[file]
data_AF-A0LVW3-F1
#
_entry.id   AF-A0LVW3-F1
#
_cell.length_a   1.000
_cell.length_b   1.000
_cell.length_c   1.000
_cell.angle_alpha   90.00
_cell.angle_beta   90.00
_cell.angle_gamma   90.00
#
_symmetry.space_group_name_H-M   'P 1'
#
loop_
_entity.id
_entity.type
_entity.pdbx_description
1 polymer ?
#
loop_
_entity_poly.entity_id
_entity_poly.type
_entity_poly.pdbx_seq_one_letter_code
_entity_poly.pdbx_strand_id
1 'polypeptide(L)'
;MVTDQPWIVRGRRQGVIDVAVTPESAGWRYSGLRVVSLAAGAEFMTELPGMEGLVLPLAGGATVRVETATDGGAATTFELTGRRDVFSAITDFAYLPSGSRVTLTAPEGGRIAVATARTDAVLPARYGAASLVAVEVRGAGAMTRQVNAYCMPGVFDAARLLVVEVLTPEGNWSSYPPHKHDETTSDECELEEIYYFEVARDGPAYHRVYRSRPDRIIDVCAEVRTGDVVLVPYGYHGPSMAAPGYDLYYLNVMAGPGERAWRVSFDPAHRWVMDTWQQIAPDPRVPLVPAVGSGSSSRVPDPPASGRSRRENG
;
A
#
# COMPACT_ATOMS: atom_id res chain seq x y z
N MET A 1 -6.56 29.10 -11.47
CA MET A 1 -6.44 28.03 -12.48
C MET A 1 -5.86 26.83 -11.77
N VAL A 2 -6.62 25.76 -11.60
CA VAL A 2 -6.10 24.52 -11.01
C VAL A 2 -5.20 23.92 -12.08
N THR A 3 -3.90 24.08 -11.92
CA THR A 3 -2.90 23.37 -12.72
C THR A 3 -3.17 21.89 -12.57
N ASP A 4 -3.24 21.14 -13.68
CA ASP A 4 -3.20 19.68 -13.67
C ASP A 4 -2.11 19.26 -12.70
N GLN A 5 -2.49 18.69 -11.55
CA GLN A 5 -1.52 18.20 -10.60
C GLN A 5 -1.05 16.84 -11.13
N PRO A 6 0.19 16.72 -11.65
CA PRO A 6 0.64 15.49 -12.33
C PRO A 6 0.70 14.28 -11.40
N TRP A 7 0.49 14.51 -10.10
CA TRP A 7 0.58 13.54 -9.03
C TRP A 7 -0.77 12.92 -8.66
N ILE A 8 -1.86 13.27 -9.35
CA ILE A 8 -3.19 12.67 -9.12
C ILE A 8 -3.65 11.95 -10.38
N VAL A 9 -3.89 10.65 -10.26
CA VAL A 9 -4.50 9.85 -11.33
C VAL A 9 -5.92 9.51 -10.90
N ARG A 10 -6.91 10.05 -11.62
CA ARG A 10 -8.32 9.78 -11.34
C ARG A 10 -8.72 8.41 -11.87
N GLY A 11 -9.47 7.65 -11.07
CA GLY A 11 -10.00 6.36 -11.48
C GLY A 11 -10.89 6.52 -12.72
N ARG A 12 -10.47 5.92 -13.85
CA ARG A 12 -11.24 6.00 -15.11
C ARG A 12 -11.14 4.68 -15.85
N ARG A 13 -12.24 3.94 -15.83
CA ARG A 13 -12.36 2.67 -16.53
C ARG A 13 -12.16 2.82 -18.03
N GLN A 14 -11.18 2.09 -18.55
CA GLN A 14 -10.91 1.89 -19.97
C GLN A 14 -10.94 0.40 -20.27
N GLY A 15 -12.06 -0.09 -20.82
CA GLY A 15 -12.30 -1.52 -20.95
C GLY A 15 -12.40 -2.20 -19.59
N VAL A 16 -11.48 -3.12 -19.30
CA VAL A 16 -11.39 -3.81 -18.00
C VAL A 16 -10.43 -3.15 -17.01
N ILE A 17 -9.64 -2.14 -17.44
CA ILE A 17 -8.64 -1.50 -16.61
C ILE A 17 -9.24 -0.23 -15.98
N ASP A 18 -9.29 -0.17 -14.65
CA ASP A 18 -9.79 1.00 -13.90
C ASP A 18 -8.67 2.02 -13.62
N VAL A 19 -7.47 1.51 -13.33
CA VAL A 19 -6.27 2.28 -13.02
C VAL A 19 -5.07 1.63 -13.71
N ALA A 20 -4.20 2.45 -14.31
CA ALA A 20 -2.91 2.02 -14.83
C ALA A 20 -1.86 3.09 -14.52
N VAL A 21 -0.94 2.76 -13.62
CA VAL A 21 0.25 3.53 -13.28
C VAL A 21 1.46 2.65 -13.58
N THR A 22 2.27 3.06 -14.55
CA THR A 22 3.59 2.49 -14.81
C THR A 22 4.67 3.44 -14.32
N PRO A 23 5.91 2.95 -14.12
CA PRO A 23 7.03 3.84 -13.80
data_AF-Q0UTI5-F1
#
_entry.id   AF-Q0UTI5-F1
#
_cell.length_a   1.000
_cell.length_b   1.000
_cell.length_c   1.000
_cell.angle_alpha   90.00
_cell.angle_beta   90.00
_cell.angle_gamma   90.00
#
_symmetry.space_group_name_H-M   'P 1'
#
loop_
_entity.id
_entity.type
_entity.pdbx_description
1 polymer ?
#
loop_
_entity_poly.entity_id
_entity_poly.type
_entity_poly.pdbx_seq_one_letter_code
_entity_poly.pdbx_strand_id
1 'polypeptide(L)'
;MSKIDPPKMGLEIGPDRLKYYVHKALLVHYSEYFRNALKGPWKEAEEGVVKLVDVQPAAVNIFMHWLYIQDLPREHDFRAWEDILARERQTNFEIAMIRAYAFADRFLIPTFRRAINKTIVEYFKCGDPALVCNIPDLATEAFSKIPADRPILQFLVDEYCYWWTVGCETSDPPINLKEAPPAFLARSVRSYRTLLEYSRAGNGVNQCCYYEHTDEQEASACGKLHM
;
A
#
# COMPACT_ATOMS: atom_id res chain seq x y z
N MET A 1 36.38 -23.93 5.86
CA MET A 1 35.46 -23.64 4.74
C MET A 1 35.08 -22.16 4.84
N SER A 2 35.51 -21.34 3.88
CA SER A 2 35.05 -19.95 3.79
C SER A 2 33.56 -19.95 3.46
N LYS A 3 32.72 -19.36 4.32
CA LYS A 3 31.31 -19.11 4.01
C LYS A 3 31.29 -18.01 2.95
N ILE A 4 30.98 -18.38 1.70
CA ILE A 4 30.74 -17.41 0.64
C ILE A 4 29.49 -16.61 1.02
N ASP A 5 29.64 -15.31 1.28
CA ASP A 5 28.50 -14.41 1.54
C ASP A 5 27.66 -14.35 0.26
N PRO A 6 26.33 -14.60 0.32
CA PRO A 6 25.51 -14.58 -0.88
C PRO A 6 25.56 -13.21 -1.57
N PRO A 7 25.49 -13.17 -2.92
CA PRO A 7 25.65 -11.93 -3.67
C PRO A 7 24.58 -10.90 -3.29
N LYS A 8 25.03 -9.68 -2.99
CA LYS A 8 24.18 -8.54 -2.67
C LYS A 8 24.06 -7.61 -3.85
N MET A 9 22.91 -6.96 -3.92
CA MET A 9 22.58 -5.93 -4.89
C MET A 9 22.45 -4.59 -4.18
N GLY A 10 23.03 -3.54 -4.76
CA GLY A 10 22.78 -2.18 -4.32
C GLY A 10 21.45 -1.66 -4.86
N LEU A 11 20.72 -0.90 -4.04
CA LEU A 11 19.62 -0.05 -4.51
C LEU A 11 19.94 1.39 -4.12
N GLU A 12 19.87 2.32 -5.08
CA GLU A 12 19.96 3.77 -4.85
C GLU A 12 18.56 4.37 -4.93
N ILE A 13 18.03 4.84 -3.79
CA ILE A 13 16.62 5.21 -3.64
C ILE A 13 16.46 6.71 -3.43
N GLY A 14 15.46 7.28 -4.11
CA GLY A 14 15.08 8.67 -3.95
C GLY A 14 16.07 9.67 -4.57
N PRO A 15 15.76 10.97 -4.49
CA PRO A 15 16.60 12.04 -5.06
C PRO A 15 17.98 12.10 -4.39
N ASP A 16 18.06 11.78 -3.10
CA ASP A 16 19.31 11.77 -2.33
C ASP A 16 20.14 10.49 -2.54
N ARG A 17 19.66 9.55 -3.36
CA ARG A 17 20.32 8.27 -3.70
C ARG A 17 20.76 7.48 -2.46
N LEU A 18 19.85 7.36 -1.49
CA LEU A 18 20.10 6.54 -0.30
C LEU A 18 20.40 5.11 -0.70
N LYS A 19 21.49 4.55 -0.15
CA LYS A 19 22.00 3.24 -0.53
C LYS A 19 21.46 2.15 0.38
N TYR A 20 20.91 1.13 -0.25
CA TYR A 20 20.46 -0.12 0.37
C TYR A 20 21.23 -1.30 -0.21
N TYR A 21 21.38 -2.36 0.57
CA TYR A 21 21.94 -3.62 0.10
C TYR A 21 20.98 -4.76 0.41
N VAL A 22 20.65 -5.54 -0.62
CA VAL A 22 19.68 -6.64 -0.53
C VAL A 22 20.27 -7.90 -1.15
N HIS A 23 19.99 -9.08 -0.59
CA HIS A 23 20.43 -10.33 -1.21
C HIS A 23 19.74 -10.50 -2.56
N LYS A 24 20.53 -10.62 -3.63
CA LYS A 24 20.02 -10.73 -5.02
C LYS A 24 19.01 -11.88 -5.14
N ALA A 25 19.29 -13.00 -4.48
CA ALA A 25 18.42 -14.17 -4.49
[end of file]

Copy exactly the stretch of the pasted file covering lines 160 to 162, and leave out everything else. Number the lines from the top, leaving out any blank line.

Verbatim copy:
CA LEU A 11 19.62 -0.05 -4.51
C LEU A 11 19.94 1.39 -4.12
N GLU A 12 19.87 2.32 -5.08